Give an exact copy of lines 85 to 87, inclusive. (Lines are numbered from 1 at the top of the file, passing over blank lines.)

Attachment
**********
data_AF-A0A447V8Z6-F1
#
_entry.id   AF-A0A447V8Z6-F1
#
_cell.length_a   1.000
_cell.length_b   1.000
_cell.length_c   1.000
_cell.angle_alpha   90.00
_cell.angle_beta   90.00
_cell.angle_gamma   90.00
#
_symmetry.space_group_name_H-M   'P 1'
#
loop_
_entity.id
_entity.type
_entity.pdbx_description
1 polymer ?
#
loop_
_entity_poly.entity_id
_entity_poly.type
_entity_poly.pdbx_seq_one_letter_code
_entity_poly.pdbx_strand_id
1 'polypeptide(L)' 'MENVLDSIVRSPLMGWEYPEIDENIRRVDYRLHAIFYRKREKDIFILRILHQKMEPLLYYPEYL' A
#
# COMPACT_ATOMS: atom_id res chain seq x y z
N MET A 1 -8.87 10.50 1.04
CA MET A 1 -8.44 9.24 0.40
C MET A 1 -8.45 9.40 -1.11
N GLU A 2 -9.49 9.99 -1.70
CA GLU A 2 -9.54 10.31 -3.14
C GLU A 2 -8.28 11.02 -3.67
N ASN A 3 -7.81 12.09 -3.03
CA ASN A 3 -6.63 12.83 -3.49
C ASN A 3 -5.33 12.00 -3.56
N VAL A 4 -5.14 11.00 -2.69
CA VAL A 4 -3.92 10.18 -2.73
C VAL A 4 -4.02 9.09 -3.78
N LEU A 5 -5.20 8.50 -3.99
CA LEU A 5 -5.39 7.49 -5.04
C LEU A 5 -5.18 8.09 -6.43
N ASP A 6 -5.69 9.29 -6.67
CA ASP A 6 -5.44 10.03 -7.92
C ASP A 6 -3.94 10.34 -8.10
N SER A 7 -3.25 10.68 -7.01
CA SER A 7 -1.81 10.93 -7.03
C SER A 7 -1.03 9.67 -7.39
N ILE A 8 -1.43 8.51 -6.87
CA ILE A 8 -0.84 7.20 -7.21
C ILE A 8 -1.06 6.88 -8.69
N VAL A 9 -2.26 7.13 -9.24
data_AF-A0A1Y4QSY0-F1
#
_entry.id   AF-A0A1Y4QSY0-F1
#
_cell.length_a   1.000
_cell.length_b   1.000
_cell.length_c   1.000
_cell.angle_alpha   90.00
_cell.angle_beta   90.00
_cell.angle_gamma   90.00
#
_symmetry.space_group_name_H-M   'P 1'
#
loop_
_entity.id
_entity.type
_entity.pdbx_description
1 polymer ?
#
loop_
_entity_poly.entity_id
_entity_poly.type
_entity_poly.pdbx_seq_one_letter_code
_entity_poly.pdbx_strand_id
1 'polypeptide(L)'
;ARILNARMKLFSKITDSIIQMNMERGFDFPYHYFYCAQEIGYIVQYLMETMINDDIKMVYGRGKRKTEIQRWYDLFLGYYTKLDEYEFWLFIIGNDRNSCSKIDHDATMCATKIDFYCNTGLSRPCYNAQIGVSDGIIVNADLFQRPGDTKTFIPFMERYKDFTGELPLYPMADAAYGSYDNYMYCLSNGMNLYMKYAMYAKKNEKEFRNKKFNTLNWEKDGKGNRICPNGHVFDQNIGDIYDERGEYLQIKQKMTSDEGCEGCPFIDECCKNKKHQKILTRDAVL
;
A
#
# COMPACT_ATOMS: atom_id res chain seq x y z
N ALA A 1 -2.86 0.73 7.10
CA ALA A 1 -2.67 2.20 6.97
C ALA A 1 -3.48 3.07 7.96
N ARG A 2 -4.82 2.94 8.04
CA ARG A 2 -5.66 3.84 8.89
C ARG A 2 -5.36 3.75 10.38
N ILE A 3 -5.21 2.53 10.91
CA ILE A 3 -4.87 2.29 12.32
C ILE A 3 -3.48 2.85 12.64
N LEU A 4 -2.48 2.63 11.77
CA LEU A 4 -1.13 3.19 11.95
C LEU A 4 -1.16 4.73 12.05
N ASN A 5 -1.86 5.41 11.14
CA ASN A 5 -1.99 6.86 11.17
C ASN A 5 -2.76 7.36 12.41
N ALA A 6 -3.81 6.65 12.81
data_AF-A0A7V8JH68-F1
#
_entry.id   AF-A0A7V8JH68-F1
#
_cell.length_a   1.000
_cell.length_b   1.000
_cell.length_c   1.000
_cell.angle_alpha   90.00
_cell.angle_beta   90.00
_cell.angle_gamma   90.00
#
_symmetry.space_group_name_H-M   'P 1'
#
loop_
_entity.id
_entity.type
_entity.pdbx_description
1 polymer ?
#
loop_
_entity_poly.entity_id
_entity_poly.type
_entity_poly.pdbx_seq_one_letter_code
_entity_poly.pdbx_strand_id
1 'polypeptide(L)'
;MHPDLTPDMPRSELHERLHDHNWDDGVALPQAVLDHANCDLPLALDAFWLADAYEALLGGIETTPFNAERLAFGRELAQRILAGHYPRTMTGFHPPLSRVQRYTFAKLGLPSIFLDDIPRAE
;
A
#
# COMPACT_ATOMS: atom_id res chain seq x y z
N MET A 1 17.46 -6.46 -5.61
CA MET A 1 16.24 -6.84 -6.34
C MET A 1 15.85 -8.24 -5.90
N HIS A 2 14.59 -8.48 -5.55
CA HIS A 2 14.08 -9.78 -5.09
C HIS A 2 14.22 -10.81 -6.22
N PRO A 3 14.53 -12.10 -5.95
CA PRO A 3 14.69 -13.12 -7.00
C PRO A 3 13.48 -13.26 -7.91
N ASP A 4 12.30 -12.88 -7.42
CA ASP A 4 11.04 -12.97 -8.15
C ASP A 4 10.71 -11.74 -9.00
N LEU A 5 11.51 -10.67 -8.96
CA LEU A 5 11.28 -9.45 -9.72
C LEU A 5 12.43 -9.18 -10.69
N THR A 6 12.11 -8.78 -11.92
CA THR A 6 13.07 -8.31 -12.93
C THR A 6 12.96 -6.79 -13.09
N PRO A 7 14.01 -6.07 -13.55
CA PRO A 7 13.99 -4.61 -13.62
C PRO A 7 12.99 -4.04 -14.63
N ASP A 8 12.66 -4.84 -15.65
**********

C ALA A 1 -3.48 3.07 7.96
N ARG A 2 -4.82 2.94 8.04
CA ARG A 2 -5.66 3.84 8.89